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How WellRithms Kept One Customer from Footing an Egregious Podiatry Bill

In our line of work, we always come across egregious billing practices – some worse than others. But few were as brazen as a podiatry procedure done in December 2022 at a New York City clinic that is notorious for over-billing its patients.

Talk about securing a foothold in the murky world of fraud, waste and abuse; this claim checked each of those boxes. The result is that we reduced the total charges of $169,410 to $631.


Here are the Details


The podiatrist’s assistant billed $169,410 for 12 different CPT codes that included a right-foot bunionectomy, removal of bunionette and hammertoe repair and two capsulotomies, which release or lengthen tightened tendons and ligaments that cause joints to contract. In addition, a pin that had previously been placed in the patient’s left foot for a different surgery also was removed.


Our medical review team started by rejecting all of the CPT codes that do not recognize an assistant surgeon as necessary to complete the procedure as per standards developed by all of the major surgical societies. These included the primary procedure code, adjacent tissue transfer billed at $45,240, removal of implant billed at $7,560, an injection billed at $2,800, correction of a hammertoe billed at $17,500, complex wound closure billed at $7,070, and X-rays billed at $1,800. WellRithms physicians denied $96,480 of the charges because an assistant is not needed for these procedures.


Not only is an assistant not needed for the soft-tissue rearrangement procedure and complex wound closure, but these charges represent fraudulent billing because they were used to close the wounds that were made by the surgeon. A surgeon cannot bill separately to close any wounds he or she created to perform the surgery.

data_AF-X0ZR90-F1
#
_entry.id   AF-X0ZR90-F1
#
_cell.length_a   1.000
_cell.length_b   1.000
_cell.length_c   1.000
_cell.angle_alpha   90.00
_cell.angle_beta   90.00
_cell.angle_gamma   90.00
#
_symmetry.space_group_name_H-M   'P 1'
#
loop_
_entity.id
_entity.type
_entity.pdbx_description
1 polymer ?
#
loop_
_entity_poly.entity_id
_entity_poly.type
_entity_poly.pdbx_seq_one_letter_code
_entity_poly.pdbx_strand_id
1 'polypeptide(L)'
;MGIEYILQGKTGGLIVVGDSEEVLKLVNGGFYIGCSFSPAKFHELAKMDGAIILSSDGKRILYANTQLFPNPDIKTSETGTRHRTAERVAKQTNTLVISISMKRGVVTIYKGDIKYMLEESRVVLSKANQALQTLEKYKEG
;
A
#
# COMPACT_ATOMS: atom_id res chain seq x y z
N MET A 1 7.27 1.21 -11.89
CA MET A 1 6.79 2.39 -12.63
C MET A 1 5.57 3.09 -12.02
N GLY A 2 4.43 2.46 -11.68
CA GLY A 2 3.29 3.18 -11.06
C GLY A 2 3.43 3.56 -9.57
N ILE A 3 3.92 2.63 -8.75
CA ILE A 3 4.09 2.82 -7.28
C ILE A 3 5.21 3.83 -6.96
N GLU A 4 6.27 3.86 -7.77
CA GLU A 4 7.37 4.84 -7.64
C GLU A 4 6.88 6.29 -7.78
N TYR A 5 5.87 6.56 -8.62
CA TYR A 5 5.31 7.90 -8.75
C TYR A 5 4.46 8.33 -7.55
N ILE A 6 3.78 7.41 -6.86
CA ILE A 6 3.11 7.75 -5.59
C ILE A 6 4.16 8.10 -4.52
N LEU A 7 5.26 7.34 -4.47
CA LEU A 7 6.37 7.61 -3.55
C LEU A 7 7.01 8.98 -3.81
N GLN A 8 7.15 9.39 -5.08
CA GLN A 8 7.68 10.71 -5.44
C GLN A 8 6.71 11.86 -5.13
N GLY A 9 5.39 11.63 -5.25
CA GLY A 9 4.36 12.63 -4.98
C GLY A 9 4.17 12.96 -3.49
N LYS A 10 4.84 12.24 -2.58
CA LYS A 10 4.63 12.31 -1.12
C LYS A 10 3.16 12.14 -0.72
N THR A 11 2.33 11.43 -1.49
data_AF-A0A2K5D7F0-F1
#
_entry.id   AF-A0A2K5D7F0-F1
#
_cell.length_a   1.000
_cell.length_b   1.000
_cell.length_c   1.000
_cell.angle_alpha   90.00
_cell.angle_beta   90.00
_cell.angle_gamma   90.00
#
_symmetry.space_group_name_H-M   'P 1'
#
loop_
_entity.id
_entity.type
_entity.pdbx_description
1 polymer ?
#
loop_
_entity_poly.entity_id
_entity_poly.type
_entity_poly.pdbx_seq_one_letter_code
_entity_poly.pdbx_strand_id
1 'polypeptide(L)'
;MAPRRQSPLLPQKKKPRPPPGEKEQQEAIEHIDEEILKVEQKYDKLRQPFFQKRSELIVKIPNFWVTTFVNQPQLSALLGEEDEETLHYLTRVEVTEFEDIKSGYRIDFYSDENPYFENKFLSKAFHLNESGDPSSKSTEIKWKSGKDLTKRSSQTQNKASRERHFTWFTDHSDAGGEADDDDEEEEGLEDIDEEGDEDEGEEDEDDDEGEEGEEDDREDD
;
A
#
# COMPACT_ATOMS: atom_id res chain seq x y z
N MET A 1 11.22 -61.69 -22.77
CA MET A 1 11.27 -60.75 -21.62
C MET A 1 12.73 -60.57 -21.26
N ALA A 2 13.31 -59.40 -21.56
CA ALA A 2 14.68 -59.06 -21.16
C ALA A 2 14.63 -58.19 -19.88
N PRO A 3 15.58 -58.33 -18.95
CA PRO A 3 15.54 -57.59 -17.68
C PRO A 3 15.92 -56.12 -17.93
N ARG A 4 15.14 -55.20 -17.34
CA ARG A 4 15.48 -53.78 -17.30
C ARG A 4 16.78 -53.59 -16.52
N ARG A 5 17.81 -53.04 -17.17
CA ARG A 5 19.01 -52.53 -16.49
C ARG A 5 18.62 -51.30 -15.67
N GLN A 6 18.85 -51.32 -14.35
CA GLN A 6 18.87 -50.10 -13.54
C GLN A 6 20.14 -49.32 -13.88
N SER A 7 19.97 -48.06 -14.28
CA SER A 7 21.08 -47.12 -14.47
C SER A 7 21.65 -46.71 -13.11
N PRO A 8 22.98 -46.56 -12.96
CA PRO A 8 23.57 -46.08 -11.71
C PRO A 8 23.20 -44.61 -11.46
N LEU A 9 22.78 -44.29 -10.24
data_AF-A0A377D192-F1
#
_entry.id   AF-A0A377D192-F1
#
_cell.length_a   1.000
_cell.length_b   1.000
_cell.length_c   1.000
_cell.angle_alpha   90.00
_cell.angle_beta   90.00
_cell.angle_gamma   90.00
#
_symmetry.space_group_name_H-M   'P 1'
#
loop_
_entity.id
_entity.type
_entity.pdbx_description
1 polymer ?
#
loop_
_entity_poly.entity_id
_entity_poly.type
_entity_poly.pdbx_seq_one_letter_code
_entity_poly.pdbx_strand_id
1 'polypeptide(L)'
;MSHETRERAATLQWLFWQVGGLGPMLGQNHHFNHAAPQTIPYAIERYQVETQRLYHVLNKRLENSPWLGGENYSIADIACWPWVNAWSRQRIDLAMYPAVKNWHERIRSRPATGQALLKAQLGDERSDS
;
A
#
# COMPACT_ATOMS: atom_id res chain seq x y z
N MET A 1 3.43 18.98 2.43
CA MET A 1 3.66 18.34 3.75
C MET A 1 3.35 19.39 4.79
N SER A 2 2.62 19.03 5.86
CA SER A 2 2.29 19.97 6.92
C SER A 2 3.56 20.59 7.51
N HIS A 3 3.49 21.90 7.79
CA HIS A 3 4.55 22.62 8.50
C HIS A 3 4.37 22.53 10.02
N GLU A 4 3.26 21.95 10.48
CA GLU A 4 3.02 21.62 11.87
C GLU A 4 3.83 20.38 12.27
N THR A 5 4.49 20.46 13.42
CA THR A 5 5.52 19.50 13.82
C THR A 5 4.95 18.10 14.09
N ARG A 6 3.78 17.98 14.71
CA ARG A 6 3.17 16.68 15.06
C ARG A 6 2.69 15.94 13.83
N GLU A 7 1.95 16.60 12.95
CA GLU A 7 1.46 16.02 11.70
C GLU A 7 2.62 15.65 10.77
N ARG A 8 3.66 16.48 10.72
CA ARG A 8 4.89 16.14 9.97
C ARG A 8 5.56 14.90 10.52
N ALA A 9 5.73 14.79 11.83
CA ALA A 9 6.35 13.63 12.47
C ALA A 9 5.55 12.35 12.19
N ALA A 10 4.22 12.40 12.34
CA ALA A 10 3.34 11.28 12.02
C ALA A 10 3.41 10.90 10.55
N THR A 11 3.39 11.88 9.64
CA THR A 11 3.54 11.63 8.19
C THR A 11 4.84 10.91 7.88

The only portions of the procedure wherein an assistant is needed were for the bunionectomy and metatarsal osteotomy, which were egregiously charged, and WellRithms repriced these codes to a usual, customary and reasonable amount.


Cost Savings


Our price recommendation was less than 1% of billed charges. There is no surgery that garners more than $100,000, let alone foot surgery in which the paid amount to the surgeon is typically $2,500 to $3,000. The primary surgeon in this case billed only $33,430, about one-fifth as much as the assistant.


Even more absurd was the assistant billing $810 for durable medical equipment that was a post-operative boot. There is no explanation for a professional fee being attached to a piece of durable medical equipment.


Once our work was done, our client saved $168,779 on an assistant surgeon’s attempt at fancy footwork around billing.


For more information on how WellRithms can get you results, contact info@wellrithms.com.

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